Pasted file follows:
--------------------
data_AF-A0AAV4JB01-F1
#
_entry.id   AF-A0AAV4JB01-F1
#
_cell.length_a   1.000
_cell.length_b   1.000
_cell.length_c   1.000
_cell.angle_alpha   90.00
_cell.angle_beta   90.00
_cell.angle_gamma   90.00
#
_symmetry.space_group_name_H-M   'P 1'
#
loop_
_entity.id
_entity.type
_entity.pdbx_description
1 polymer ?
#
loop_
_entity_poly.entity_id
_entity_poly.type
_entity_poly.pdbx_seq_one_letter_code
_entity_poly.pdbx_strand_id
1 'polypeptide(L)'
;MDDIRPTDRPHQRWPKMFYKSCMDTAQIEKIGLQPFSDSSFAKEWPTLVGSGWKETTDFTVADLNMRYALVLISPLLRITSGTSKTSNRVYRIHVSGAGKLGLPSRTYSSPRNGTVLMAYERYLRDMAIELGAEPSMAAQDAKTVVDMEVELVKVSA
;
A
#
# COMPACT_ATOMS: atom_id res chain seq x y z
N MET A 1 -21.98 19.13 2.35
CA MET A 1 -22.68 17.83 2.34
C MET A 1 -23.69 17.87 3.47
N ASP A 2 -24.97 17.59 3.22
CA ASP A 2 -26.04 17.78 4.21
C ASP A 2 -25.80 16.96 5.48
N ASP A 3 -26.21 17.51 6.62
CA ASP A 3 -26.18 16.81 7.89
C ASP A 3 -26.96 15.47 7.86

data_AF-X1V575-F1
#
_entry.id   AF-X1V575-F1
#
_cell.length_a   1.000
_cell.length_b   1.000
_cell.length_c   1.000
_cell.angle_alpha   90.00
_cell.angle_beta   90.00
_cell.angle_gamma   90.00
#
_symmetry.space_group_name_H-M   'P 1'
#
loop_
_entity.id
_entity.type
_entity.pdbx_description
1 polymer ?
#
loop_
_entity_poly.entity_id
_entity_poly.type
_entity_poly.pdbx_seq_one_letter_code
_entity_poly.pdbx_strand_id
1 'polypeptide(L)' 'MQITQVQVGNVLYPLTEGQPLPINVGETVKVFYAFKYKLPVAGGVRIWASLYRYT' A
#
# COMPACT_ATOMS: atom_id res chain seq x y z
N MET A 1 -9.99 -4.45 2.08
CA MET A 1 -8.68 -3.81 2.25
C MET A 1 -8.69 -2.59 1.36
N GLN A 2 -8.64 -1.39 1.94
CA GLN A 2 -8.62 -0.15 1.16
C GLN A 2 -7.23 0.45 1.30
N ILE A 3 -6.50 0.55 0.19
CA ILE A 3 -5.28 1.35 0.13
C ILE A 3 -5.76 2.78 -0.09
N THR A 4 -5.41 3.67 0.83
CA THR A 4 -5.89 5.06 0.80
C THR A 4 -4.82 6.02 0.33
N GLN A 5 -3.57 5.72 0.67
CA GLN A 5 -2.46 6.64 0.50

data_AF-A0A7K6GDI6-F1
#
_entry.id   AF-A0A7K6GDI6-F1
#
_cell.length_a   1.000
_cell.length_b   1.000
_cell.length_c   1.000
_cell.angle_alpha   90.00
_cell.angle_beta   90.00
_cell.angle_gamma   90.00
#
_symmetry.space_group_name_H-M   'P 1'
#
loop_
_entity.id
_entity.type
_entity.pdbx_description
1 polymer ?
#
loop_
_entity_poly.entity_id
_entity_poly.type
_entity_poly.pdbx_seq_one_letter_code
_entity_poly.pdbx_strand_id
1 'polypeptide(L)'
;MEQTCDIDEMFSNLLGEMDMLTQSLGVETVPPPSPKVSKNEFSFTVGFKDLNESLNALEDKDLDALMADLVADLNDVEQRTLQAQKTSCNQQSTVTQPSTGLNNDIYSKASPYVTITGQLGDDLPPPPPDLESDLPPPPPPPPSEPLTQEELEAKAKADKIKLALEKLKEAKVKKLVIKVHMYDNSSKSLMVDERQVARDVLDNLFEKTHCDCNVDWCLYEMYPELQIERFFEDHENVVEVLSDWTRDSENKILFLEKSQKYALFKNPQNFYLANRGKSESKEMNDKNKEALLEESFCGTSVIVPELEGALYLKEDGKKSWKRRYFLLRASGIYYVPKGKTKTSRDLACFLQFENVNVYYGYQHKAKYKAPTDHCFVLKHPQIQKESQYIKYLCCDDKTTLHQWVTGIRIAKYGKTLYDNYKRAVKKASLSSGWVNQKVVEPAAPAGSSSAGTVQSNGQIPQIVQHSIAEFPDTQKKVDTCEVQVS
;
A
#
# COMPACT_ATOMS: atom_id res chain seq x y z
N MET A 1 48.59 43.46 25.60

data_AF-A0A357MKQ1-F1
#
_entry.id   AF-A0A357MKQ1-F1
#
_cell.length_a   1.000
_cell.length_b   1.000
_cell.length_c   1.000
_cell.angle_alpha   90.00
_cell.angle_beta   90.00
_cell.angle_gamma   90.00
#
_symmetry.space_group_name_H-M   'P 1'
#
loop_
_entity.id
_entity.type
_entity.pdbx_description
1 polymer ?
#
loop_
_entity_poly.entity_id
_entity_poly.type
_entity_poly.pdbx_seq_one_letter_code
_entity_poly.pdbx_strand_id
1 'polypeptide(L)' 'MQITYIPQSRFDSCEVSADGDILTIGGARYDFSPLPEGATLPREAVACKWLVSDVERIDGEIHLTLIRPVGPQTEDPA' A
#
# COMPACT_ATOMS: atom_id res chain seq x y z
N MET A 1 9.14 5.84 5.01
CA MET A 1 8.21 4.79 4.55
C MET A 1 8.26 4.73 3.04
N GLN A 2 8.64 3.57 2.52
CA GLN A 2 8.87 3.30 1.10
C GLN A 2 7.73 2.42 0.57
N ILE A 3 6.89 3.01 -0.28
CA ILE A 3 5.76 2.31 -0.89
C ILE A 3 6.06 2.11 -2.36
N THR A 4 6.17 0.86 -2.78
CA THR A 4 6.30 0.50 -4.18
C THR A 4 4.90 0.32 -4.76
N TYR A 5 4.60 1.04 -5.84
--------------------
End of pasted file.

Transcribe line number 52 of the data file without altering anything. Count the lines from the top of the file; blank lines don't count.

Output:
#